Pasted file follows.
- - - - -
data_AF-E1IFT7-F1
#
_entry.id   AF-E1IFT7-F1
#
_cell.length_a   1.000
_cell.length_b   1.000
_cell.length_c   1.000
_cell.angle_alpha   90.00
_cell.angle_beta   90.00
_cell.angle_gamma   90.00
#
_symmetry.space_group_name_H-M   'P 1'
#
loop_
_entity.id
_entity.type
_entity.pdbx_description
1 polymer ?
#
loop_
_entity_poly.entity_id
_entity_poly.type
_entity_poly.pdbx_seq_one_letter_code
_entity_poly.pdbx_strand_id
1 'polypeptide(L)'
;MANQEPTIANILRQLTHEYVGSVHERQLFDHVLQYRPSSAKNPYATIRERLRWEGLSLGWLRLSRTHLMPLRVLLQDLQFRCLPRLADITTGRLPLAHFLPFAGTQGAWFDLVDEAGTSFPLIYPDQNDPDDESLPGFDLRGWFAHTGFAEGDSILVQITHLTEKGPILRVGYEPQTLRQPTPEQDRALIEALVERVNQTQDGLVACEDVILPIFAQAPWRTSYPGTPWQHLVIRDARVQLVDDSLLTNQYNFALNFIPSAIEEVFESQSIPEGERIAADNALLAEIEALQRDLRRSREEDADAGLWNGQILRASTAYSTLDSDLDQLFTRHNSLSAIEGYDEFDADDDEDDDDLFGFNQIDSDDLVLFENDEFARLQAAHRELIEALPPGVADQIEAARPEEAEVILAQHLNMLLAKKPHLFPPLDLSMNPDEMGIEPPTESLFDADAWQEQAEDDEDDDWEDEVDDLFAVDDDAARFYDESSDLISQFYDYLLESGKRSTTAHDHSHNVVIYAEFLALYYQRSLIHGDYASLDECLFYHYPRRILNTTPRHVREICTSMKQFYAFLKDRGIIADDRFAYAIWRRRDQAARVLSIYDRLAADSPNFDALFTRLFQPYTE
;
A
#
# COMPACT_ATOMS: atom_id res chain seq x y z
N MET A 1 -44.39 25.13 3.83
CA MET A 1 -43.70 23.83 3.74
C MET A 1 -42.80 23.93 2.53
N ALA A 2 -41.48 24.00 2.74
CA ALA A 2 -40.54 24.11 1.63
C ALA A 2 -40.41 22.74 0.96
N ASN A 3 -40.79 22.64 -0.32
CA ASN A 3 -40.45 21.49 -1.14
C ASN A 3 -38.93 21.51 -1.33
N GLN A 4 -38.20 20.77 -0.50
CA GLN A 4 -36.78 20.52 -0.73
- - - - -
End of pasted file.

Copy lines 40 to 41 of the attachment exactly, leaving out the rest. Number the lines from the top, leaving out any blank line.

N GLN A 4 -38.20 20.77 -0.50
CA GLN A 4 -36.78 20.52 -0.73